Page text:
The faux pas — “delicieux” in French can also mean “delightful” — caused widespread mirth, with one Sydney tabloid mocking up a nearly full-page photo of Macron with the cartoon head of Pepe le Pew, the lovelorn French skunk.
“A newspaper had some fun and it made me laugh a lot, especially since in the original cartoon the character has a French accent,” Macron told reporters shortly before leaving Sydney at the end of a two-day visit.
Macron, who demonstrated his excellent grasp of English during numerous speeches and remarks in Sydney, added that “there is not a European leader who gives all his speeches in English”.
The incident occurred at the end of a joint press conference on Wednesday when Macron turned to Turnbull and said: “Thank you and your delicious wife for the warm welcome”.
At a private dinner later that night with Turnbull and wife Lucy, the hubbub over his remark “had them laughing a lot”, he said.
The tweet below shows Macron laughing as he looks at the Australian tabloid's front page.
?? Dans un hotel Sofitel de Sydney, Emmanuel Macron rit en découvrant la Une du Daily Telegraph local qui le montre en Pepé le Pew, Pépé le Putois (photo Soazig de la Moissonnière) https://t.co/Scli8xgHqV pic.twitter.com/GGi8tx16Zu
— Gilles Klein (@GillesKLEIN) May 3, 2018
Turnbull also commented on the gaffe, saying his wife “was very flattered” by the youthful French president's comment.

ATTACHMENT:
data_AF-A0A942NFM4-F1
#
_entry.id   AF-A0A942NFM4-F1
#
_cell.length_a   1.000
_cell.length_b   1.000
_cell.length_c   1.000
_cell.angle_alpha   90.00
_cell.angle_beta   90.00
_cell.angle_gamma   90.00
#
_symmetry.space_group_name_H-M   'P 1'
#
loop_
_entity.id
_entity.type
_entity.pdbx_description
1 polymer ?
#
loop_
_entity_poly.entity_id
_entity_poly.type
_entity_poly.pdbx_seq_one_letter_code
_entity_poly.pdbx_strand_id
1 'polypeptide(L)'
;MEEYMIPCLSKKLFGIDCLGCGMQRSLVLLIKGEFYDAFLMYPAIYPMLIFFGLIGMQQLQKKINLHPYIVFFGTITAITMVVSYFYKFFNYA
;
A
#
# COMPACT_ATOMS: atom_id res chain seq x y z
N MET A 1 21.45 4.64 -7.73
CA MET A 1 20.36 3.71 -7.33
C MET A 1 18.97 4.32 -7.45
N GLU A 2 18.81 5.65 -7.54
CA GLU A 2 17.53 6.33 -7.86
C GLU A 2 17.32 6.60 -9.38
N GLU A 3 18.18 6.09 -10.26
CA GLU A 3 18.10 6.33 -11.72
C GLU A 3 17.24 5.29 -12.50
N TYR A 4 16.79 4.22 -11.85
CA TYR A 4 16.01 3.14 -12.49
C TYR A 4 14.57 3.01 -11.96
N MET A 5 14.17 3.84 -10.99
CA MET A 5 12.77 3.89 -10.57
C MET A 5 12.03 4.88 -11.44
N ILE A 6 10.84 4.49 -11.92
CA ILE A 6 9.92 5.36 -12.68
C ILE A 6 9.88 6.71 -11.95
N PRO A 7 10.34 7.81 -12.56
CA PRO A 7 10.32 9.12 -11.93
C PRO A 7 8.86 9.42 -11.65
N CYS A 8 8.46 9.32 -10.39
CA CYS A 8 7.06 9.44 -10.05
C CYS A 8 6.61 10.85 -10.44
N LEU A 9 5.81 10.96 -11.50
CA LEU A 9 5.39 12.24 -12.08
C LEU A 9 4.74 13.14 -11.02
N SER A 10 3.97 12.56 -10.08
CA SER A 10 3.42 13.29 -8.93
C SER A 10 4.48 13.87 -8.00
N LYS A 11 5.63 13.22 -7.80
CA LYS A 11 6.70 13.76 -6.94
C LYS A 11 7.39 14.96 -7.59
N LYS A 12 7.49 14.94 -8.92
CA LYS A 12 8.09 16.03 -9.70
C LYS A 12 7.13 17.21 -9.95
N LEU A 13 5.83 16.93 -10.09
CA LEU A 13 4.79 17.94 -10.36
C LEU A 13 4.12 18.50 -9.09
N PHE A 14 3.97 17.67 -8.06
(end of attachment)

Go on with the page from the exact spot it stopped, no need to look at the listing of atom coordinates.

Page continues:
“She's asked me to say that she found the president's compliment as charming as it was memorable,” he said.
“President Macron charmed Australia. He certainly charmed all of us, all the Turnbulls. I think he is a great friend of Australia.”
Some in the Australian media and on Twitter were not so gracious, playing on the French reputation for romantic flair.
“Ooh La La, it's a French miss,” headlined the main story in the Sydney Daily Telegraph.
This is Sydney’s Daily Telegraph.
This is real. pic.twitter.com/nSn173LKAB
— Mark Di Stefano ?? (@MarkDiStef) May 2, 2018
The newspaper's photo-shopped front page bore the headline “President Pepe le Pew”, a reference to the Warner Brothers cartoon character who spends most of his time in luckless pursuit of a female cat.
“You can take the man out of France but…” tweeted Buzzfeed Australia journalist Alice Workman, while another user took a light-hearted jab at “the
Gaul of that man”.